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  38. Dave Hale

    On March 7, 2010 at 2:54 am

    I fed my Judgee a dry diet recommended by the vet for sometime but she was always sick-getting infections etc. I finally changed to a raw diet of 80% meat including beef,chicken etc and organ meats with 20% veggies,also raw.Its been 6 or 8 months now and theres a very noticable change in her energy level and no more visits all the time to the vet.I would recommend this to anyone feeding their dog/heart a dry dog food-but givee them either triple fish oil or Omega3 to help break down what their bodies cannot.Also an immune booster and vitamin.The change will be quite welcome.

  39. angela ayre

    On May 12, 2010 at 11:43 am

    i feed my dogs kelp / broccli / cabbage / cauliflower / spinach / peas / carotts/ green beans and garlic . also red peppers all of which are good for them .. stay AWAY from onions mushrooms grapes and raisons .. my dogs are healthy and love the veg i feed ,, my vet gave me the thumbs up

  40. Tammy Gracon

    On October 27, 2010 at 12:59 pm

    My dog loves the Pegetables Dog Chew treat. And they are healthy too. Made with real vegetables.They’re at Petco and Petsmart stores.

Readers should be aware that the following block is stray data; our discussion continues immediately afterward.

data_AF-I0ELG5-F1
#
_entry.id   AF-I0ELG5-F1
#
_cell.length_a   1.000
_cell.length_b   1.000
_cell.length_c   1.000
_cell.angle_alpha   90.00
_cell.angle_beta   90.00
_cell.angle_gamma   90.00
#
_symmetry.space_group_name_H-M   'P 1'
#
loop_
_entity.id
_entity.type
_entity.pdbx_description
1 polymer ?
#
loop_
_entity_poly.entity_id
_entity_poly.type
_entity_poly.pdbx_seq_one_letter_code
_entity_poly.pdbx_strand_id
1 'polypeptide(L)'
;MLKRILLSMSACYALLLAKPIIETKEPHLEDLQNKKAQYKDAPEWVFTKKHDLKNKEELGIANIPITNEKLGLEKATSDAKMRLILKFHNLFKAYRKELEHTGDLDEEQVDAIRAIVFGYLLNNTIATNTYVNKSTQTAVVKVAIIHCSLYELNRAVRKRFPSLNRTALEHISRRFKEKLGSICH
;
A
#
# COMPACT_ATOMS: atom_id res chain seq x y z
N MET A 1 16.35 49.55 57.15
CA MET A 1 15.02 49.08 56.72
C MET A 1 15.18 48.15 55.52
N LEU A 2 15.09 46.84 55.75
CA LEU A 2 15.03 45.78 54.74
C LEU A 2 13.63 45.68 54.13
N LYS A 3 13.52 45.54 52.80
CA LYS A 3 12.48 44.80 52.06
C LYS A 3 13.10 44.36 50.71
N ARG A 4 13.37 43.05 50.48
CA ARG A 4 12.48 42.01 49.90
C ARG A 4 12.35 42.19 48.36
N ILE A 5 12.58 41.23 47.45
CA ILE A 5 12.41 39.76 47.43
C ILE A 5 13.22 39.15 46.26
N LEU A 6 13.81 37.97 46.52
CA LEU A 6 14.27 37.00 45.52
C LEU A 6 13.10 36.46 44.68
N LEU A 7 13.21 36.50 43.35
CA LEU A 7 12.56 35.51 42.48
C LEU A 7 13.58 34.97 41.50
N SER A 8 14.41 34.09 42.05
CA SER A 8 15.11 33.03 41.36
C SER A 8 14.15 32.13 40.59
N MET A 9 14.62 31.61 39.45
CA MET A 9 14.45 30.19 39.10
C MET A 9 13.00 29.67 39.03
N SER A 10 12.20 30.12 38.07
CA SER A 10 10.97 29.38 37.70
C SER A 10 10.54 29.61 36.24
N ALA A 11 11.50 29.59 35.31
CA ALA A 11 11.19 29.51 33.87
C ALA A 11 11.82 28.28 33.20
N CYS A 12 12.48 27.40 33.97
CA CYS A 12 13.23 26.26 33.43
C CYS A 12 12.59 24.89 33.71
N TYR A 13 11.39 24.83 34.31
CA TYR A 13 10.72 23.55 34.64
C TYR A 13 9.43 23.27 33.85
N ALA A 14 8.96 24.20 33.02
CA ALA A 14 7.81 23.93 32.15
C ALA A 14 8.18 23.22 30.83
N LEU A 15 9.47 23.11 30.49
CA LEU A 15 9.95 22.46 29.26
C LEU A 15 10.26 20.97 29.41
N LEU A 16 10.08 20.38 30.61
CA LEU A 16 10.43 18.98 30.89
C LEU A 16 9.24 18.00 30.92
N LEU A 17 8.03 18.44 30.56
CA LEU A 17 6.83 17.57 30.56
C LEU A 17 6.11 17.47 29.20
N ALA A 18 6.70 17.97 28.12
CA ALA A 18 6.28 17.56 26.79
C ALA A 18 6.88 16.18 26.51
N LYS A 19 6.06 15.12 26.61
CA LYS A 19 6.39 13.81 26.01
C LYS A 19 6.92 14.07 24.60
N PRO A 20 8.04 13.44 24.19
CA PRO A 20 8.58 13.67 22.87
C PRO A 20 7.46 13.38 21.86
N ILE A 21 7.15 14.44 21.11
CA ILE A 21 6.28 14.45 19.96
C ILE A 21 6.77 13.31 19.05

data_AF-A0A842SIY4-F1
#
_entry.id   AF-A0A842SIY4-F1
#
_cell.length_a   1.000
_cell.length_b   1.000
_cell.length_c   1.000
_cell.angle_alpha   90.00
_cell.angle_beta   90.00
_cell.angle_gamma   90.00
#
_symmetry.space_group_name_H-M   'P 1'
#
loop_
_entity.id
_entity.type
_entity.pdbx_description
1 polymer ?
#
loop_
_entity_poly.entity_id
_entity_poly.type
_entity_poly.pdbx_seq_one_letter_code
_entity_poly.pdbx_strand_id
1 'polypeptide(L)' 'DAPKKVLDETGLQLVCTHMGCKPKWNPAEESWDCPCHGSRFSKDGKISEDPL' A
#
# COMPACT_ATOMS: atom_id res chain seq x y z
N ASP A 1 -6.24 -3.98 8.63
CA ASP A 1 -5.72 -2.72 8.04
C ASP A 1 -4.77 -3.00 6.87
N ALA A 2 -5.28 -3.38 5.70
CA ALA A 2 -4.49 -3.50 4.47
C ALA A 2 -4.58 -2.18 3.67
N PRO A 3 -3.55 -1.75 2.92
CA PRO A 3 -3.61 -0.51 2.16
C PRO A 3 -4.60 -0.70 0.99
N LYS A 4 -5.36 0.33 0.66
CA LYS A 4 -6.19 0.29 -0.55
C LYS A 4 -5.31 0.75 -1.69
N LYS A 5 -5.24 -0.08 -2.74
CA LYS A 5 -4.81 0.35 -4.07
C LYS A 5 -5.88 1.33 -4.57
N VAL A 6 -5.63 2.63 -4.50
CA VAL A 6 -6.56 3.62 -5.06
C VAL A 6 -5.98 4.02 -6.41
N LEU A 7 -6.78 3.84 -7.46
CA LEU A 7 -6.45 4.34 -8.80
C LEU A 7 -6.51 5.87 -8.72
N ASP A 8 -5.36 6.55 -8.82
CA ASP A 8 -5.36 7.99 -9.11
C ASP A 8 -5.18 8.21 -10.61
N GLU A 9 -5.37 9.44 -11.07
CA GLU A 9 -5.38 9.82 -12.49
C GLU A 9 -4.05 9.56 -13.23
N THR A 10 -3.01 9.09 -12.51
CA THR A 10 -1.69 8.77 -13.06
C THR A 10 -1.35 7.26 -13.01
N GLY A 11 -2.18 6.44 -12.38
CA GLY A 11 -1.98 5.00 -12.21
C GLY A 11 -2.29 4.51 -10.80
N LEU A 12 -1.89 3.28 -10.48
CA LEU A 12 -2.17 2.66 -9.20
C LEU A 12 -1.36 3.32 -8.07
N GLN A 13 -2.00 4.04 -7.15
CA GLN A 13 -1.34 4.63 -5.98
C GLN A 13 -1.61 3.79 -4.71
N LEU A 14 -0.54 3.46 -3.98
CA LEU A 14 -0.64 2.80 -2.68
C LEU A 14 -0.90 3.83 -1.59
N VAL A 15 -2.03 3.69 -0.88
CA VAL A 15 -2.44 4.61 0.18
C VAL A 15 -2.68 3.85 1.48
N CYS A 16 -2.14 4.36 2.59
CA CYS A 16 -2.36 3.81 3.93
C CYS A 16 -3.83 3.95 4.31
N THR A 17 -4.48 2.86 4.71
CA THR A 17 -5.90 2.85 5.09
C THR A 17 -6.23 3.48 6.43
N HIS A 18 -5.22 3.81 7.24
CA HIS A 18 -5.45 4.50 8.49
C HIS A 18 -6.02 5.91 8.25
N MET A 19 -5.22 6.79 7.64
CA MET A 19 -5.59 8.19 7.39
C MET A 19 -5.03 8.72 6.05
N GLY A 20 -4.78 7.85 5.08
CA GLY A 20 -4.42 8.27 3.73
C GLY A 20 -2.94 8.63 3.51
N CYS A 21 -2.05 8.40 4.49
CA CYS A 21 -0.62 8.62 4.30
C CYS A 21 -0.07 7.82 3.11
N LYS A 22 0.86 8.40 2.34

41. Tracy

    On November 4, 2010 at 1:06 am

    I had a very very itchy puppy for few years and after vet visits and medicines, I decided to change his diet to NO CHICKEN diet. He’s on Natural Balance duck&salmon dry food, salmon treats, duck treats, dried sweet potato treats, organic apples, and few other things as treats. He has not licked or scratched his body/legs ever since.
    Only thing is natural balance is very hard to find in stores. Some boutique stores carry them but they do not sell to large stores. You can also find them online too :)
    Good luck to all the itchy dog parents!

  42. Christie

    On December 20, 2010 at 1:12 am

    My dog and cats eat vegetables and love them! I make their food with meat…whatever is available, but nothing I wouldn’t eat myself…then mix it with either rice, potatos or pasta, then add some seaweed, DE (diatomaceous Earth) and some herbs, either freshly picked red clover, dandelions, mullein, raspberry leaves, etc, and use my juicing pulp, sometimes add apples, pears, raisins…kind of comes out looking like stuffing and I bag it up individually and have readily available.
    They eat broccoli, carrots, cucumber, spinach, mustard greens, sweet potatoes, parsley, beets, cauliflower, cabbage, even avocados, tomatoes, well, rather than list them all, it’s fair to say, the works!